N00b question: how do I let benchmark files know my functions?

I was trying to use the "bencher" framework to write benchmarks for my own codebase. However, I couldn't quite get the benchmark file to recognize functions defined in my src folder. For example, I've a file in src/lib.rs and defined a struct pub struct Foo there. Then, how do I use the struct Foo in benches/example.rs? I tried with extern crate with my package name and use lib::..., but neither works...

Edit: actually the above is not all correct: I don't have a lib.rs file and my struct was defined in src/lib/core.rs. I provided a minimal example project called bench_example below. The file tree looks like:

bench_example

  • src
    • main.rs
    • lib
      • core.rs
      • mod.rs
  • benches
    • example.rs

In "main.rs" I simply have a mod lib; statement. Similarly, in "mod.rs" I just have mod core; Then, in "core.rs" I have a definition struct Foo{}

The problem is when I try to use the Foo struct in the benchmark file below:

"benches/example.rs":

use bencher::{benchmark_group, benchmark_main, Bencher};

use bench_example::lib::core::Bar;

pub fn a(b: &mut Bencher){
    let _ = Bar{};
}

benchmark_group!(benches, a);

benchmark_main!(benches);

lib.rs contains the root of your library's namespace, so items defined there are available directly under the package name:

use my_package_name::Foo;
1 Like

Somehow that does not work for me. When I do use my_package_name::Foo it says "unresolved import". Do I need to publish the package or do something before it can be used?

No, you shouldn't need to publish it. We probably need more details. Could you create a minimal reproducible example of your file structure and the command you're running?

Good idea! I've edited the question to provide a minimal example.

Ok, I've gotten your code running with the following modifications:

  1. You seem to be running a library + binary system, but I don't think you have it set up properly. This SO answer shows how to set it up, but basically your library and binary are different things, where the binary can use the library as an extern crate bench_example, not as mod lib.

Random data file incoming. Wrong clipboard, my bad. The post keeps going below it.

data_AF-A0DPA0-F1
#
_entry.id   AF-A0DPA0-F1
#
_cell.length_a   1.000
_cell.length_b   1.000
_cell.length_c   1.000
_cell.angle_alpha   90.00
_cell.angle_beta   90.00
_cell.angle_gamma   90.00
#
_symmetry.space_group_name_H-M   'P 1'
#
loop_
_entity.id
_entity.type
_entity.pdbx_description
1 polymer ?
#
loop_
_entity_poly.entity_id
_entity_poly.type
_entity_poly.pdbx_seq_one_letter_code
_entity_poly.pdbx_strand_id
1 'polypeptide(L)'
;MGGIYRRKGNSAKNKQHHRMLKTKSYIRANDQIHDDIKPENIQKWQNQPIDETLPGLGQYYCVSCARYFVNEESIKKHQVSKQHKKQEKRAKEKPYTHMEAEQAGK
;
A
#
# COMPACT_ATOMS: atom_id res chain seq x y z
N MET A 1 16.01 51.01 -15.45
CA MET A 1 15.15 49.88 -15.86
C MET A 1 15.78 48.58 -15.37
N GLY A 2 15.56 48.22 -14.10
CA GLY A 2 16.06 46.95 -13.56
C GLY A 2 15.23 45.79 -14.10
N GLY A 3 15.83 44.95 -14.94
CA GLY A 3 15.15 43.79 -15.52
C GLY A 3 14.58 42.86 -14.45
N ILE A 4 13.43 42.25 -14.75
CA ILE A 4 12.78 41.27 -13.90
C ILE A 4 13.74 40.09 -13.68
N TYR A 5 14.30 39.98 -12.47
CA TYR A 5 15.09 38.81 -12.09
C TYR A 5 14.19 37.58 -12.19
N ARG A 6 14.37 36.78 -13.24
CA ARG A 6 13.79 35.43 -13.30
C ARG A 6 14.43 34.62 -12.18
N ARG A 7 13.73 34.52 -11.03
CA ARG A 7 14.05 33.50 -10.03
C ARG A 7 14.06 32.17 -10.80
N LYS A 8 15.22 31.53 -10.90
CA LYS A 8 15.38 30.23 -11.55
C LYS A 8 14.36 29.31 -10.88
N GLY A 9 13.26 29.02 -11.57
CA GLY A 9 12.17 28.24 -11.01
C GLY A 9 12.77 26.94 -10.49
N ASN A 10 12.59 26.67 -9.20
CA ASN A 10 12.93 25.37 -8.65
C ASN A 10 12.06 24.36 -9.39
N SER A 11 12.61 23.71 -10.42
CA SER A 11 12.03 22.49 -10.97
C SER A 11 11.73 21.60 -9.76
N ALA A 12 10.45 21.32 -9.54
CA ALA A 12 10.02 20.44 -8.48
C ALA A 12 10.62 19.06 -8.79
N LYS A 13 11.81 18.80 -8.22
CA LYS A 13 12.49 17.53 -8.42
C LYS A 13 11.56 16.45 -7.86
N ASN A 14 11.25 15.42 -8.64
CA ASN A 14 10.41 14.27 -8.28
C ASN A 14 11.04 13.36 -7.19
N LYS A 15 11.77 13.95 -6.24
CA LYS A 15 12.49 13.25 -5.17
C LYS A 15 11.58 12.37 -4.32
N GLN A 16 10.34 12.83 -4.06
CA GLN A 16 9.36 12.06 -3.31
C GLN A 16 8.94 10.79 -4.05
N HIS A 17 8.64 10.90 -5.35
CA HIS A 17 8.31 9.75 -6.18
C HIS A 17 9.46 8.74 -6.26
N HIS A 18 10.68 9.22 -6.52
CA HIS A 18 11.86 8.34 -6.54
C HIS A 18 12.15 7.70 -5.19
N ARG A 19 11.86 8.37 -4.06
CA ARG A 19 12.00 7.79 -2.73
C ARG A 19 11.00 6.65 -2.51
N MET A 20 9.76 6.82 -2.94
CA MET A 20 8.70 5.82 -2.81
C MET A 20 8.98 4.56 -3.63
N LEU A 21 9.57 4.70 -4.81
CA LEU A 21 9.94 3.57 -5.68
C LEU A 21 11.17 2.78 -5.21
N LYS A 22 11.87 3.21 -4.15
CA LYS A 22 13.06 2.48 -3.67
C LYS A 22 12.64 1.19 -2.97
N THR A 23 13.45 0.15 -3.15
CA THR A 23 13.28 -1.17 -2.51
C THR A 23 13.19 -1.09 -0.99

2. Similarly, I added an extern crate bench_example; to benches/example.rs.
  3. In benches/example.rs, change the use bench_example::lib::core::Bar to just use bench_example::core::Bar. The lib isn't part of the path.
  4. Also, in src/lib/mod.rs, mod core; had to be changed to pub mod core;.

I'm not sure why you're using a main.rs file at all here, and I'm skeptical that you need it, but I don't know what your actual use case is. Also, I would probably get rid of the src/lib directory and just have a src/lib.rs file--you appear to be copying the pattern used for modules, but as I understand, lib is not a module, it's a library, and it works differently (for eg. as I mentioned earlier it's not a part of your path).

Also, if you're using a main.rs for a binary, you're going to have to have a fn main() in it, or it'll complain.

My directory structure ended up looking like:

  • Cargo.toml

    [package]
    name = "bench_example"
    version = "0.1.0"
    authors = ["Phoenix Kahlo <kahlo.phoenix@gmail.com>"]
    edition = "2018"
    
    [lib]
    name = "bench_example"
    path = "src/lib/mod.rs"
    
    [[bin]]
    name = "bench_example_bin"
    path = "src/main.rs"
    
    [dependencies]
    bencher = "0.1.5"
    
    [[bench]]
    name = "example"
    harness = false
    
  • src/

    • main.rs

      mod lib;
      
    • lib/

      • mod.rs

        pub mod core;
        
      • core.rs

        struct Foo {}
        
2 Likes

lib.rs and main.rs are special filenames, and should not be included as modules in other files:

  • If it exists, lib.rs (including its submodules) is automatically compiled into a library called your_package_name.

  • If it exists, main.rs (including its submodules) is automatically compiled into a binary. This binary automatically links to your project's library if there is one.

Your project can contain either or both of these files. Code inside your library can be accessed outside of the library using paths that look like your_project_name::foo::bar::baz.

So in your example project, all you need is:

src/lib.rs

pub mod core;

src/core.rs

pub struct Bar {}

benches/example.rs

use bench_example::core::Bar;
// ...

If your project also had a main binary, it would be src/main.rs and it would access Bar in the same way, as bench_example::core::Bar.

1 Like

Thanks a bunch! This works. So basically if I need to benchmark my code, then I need to create a "library" via specifying the [lib] section of the Cargo.toml file. Out of curiosity, then what's the difference between a library and a crate?

A crate is a single compilation unit (that is, the result of a single rustc invocation). Each crate is either a library or a binary.

One cargo package can contain any number of binary crates, and one or zero library crates. Benchmarks and integration tests are special types of binary crates. Any code that is used in multiple crates can go in the library crate, where it will be available to all other crates in the package.

2 Likes

Thanks for the explanation! One last question: then where do we ever use the package name in the Cargo.toml file? Seems like everywhere we just need to use the name of the library crate?

If you have a lib.rs or main.rs file but no corresponding [lib] or [[bin]] section in the manifest, then Cargo will default to using the package name as the crate name for both of those crates.

1 Like